To replace garlic powder for the granulated form, use one teaspoon of powder for two teaspoons of granulated. If you need to replace powdered garlic with granulated, use one teaspoon of granulated for each half teaspoon of powder.
Unlike garlic powder and granulated garlic, garlic salt contains 80% salt and 20% garlic powder, leaving you little control over the amount of salt you add to a dish.
Making Homemade Granulated Garlic vs Garlic Powder
Now that you understand the differences between granulated vs powdered garlic, why not make your own homemade batch of each one? If the idea of making granulated or powdered garlic from scratch seems daunting, think again. These two seasonings are easy to prepare and a great way to stock up your spice cabinet.
The first step to make both granulated and powdered garlic is to prepare the fresh garlic cloves. How many cloves of garlic are in a head? It depends on the variety you choose. Separate and peel the individual cloves, cut them into thin slices, and discard any green shoots.
Do not mince the garlic since the pieces are too small for drying. Use as many heads of garlic as you desire. Six heads give you 24 teaspoons or half a cup of garlic powder and about half that amount of granulated garlic.
Spread the garlic slices in a layer on food dehydrator screens and dry them at 125° in the dehydrator for up to twelve hours or until crispy. Rotate the trays several times for even drying. If you do not have a food dehydrator, spread the garlic on a baking sheet and dry them in the oven at 150 to 200°F for one to two hours.
Let the garlic slices cool, and blend them in a blender or coffee grinder. How long you process them depends on whether you are making powdered or granulated garlic.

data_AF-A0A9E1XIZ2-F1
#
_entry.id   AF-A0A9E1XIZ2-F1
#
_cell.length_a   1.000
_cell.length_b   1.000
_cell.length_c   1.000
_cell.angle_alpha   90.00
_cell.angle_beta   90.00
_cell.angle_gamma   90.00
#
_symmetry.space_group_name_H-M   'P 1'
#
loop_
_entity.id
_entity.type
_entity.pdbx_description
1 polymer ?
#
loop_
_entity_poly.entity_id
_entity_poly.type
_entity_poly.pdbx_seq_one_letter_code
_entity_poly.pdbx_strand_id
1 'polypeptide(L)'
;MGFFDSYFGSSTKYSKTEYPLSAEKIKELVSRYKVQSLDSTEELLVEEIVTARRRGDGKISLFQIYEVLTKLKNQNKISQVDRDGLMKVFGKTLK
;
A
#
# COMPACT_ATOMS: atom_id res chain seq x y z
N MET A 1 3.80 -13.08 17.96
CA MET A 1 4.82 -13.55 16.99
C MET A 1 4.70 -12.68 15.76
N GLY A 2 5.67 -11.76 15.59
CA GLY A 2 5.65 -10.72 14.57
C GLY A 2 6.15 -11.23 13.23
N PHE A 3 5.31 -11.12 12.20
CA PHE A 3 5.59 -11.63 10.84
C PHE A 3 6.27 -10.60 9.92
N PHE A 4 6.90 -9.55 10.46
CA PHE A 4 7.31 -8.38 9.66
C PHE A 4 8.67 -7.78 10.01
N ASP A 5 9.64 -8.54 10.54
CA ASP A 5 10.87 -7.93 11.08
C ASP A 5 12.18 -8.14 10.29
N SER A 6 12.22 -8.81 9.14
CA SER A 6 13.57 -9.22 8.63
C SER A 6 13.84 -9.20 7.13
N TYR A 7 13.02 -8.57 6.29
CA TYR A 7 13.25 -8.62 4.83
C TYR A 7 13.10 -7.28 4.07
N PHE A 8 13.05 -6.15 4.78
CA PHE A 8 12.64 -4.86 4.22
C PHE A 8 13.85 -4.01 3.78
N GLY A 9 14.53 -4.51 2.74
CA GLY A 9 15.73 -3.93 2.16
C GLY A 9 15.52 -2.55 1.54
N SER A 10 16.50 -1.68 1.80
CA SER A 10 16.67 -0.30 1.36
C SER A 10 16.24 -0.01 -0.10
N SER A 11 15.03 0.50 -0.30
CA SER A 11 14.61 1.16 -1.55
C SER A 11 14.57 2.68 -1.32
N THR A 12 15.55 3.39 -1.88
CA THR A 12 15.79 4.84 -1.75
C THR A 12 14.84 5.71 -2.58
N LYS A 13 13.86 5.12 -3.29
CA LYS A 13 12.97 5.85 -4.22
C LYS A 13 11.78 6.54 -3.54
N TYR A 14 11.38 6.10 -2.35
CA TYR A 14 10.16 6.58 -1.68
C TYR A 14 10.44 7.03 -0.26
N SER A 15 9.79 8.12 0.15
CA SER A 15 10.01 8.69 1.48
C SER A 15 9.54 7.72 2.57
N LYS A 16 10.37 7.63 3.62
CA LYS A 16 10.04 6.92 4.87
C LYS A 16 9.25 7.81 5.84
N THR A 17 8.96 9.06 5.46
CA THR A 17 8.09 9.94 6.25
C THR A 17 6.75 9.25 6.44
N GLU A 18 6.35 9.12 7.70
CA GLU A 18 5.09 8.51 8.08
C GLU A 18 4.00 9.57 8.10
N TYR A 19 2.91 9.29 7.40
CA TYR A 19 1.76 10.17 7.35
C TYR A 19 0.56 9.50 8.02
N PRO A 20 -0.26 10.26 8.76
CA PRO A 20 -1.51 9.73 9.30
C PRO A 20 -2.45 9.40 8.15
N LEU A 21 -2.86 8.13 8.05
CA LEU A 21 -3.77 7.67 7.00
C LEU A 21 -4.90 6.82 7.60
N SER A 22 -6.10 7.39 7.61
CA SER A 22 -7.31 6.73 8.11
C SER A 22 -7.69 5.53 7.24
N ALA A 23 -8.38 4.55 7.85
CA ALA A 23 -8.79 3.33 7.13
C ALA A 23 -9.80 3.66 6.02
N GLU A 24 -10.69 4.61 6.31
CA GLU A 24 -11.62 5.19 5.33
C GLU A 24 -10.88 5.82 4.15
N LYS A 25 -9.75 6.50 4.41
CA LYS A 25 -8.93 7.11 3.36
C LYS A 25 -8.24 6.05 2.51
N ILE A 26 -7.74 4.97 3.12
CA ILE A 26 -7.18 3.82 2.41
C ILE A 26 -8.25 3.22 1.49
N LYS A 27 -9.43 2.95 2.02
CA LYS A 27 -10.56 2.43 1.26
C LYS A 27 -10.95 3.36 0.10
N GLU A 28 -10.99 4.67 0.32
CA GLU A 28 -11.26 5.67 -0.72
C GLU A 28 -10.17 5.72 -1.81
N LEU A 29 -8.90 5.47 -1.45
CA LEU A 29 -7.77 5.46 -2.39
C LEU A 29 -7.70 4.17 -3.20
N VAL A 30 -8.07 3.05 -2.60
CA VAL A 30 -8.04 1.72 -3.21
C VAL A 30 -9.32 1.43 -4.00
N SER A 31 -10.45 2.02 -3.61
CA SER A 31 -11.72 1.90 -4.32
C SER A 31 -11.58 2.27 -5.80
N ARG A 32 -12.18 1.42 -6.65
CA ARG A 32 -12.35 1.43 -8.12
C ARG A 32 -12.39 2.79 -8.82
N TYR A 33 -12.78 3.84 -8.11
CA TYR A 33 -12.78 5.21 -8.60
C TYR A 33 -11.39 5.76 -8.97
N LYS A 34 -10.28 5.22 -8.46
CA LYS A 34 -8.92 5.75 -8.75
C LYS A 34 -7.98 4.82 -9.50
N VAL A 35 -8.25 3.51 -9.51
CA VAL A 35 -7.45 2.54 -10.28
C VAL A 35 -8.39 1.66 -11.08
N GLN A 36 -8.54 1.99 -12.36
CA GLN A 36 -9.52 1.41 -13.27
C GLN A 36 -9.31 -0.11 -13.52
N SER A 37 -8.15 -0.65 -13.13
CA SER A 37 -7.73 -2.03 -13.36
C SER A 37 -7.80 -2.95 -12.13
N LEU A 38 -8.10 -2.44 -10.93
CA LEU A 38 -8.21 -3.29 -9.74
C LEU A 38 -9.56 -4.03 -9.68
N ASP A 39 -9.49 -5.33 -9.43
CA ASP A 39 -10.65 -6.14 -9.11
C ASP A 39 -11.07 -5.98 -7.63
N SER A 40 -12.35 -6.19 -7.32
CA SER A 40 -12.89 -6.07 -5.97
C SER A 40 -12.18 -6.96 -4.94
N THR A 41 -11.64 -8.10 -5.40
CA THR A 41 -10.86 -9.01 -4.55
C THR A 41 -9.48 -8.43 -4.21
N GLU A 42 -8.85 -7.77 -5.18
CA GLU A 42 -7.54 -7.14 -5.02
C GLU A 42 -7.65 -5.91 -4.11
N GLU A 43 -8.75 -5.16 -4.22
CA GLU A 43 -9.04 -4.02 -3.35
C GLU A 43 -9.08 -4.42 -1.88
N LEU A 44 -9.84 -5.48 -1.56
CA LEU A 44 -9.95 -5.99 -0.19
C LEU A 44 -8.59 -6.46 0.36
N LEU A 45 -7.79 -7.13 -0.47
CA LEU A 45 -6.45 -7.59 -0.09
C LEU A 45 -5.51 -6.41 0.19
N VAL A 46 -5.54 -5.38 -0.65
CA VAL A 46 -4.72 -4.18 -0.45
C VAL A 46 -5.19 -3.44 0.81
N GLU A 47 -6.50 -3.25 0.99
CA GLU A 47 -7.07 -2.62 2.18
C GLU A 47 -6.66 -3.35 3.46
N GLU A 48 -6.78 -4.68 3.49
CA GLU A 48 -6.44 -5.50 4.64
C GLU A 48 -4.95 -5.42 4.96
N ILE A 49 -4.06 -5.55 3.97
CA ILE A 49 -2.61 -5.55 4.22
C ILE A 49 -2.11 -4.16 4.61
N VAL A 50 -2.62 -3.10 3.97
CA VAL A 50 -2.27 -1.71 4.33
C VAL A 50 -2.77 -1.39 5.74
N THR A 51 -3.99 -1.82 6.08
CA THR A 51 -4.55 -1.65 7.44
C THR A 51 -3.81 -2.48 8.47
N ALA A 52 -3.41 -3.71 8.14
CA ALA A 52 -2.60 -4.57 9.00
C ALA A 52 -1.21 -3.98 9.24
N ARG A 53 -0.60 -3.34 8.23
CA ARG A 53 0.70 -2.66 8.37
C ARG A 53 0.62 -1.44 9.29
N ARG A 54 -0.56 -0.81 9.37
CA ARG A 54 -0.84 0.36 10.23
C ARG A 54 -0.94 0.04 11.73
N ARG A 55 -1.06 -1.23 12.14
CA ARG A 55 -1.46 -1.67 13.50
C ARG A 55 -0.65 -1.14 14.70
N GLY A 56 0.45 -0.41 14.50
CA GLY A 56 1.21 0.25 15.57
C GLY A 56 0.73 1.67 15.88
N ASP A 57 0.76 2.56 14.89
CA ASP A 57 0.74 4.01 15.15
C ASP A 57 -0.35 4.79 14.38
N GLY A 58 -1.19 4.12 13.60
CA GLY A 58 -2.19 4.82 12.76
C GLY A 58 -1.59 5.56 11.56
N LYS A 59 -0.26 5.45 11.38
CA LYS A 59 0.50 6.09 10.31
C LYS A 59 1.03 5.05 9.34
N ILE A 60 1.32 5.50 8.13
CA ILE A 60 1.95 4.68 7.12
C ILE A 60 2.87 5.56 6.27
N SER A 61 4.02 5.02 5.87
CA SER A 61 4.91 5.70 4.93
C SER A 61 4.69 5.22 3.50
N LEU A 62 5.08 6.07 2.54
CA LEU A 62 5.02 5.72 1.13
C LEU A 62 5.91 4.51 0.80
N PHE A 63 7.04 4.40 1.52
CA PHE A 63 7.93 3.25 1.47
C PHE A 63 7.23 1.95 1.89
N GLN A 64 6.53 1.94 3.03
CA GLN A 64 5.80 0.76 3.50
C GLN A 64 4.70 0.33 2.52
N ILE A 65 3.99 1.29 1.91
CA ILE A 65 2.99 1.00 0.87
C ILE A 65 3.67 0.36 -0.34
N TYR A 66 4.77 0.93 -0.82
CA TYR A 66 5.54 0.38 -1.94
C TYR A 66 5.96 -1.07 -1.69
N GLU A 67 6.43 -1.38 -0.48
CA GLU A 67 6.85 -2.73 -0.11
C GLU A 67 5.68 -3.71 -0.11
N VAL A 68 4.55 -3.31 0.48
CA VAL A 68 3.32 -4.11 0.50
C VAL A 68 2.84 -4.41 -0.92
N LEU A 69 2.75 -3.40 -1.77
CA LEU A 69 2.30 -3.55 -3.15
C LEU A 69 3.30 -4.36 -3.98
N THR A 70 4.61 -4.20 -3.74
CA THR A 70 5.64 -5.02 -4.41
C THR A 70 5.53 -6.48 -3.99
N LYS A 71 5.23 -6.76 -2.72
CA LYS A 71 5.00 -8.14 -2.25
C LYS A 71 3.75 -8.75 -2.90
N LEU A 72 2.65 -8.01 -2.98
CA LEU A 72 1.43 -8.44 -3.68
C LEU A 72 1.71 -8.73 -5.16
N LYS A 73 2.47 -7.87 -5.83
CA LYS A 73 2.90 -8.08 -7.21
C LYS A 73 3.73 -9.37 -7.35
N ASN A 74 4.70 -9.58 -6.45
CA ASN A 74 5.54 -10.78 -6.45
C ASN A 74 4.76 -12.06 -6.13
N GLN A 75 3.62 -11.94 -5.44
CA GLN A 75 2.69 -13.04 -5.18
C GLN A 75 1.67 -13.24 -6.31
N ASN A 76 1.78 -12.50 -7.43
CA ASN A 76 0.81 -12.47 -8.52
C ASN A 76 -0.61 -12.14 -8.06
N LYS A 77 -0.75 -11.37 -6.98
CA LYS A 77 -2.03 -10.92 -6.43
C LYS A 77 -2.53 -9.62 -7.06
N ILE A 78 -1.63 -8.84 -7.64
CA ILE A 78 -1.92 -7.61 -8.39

For granulated garlic, blend them until they reach the desired granular consistency, and process them longer for garlic powder. Pour the garlic into an airtight container and store them in the kitchen or pantry away from heat sources to prevent caking and spoilage.
When does garlic go bad after drying? You can use powdered or granulated garlic for up to three years after dehydrating it.
How to Make Seasonings with Granulated and Powdered Garlic
We love sprinkling garlic herb seasoning on toasted slices of French bread and soup. It even tastes great on tacos or as a dry rub for meats, and you don’t need to run to the grocery store to get it. Learn how to make this homemade seasoning using powdered and granulated garlic.
Combine two tablespoons of garlic powder or four tablespoons of granulated garlic with the rest of the spices in a bowl and whisk until they are thoroughly blended. Pour the spice mix into an airtight container and store it in a cool kitchen area for up to a year.
We love sauteing freshly chopped garlic with shallots, mushrooms, veggies, and olive oil. However, there are times when our fridge is fresh out of garlic cloves. Fortunately, granulated and powdered garlic are great substitutes for a recipe that needs that famous garlic flavor.
We hope that understanding the differences between granulated garlic vs garlic powder helps you prepare the tastiest recipes, and we’d love it if you’d share our powdered garlic vs granulated garlic guide with the garlic-lovers in your life on Facebook and Pinterest.